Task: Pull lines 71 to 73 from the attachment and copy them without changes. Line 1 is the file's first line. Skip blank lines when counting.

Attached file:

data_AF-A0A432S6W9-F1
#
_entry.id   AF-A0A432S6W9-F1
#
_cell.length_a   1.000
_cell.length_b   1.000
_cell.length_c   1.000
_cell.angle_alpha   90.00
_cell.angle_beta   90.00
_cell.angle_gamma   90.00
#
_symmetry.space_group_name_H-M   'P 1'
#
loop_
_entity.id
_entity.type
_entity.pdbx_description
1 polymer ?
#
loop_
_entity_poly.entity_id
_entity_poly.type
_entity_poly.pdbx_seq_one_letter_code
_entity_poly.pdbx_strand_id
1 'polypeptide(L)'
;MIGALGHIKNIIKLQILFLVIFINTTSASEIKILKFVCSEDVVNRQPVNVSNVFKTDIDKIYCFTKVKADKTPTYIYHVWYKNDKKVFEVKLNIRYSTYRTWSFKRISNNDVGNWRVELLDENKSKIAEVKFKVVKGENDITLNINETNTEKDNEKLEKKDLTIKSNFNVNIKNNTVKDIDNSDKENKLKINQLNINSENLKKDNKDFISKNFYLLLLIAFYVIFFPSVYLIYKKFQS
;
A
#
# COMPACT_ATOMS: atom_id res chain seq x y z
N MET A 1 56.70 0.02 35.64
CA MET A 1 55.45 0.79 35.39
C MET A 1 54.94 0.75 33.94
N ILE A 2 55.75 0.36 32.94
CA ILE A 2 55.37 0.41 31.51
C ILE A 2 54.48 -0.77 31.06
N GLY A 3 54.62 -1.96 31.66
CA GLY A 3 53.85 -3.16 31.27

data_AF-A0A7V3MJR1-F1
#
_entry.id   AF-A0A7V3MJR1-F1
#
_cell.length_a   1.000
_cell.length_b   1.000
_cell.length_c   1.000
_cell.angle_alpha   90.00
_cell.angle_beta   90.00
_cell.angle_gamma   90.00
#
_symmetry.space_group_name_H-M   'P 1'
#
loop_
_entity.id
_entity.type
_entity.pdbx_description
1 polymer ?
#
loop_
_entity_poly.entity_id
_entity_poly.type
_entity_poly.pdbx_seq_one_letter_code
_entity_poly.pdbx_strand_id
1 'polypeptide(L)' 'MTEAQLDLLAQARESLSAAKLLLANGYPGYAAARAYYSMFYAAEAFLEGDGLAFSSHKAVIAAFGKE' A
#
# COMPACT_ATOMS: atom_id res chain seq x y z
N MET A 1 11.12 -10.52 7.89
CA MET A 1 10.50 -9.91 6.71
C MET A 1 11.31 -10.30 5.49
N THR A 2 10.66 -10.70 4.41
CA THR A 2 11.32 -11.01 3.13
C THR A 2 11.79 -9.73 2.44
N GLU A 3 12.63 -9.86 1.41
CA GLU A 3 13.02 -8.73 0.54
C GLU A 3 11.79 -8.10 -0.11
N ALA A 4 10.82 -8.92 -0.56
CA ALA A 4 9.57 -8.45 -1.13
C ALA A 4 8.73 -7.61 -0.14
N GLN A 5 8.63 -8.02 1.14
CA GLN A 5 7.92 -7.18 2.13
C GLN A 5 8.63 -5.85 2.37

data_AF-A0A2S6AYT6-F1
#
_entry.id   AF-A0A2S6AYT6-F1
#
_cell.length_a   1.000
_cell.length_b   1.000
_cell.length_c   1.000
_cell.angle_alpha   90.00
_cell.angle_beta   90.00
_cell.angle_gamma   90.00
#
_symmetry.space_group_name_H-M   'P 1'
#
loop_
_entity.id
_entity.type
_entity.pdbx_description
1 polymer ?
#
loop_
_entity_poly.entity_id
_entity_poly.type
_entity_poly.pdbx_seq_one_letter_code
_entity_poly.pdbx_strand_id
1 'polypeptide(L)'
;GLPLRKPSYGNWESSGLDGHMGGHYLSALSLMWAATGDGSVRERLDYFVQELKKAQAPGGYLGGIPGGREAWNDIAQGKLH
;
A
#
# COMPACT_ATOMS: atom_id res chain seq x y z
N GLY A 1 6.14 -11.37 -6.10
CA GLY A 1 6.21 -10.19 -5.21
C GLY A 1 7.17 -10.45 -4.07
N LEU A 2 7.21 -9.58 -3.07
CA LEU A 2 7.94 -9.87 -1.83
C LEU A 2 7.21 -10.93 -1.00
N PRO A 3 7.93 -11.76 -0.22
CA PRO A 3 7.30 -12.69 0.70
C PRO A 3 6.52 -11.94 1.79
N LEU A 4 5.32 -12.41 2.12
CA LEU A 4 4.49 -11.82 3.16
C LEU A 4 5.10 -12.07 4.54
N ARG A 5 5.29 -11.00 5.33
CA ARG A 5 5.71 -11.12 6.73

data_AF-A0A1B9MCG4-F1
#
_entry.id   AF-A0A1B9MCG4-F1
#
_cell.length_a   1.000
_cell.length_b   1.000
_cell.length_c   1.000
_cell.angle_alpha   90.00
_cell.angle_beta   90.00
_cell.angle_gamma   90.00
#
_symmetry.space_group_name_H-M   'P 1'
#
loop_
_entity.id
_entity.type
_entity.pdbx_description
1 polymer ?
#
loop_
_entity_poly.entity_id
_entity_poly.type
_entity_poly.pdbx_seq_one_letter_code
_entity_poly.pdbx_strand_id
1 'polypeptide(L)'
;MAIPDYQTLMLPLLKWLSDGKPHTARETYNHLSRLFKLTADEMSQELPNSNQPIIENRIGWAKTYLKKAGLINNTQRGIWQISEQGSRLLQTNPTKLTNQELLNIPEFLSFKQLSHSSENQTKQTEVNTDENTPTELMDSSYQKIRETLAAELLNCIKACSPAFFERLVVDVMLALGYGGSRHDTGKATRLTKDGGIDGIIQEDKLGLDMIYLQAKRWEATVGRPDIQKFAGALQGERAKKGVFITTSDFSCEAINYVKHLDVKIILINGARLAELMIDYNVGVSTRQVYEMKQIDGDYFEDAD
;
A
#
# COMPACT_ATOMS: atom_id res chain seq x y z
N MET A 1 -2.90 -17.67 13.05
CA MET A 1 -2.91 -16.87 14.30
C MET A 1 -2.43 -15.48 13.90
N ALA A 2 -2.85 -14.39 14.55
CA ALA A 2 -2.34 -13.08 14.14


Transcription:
C THR A 2 11.79 -9.73 2.44
N GLU A 3 12.63 -9.86 1.41
CA GLU A 3 13.02 -8.73 0.54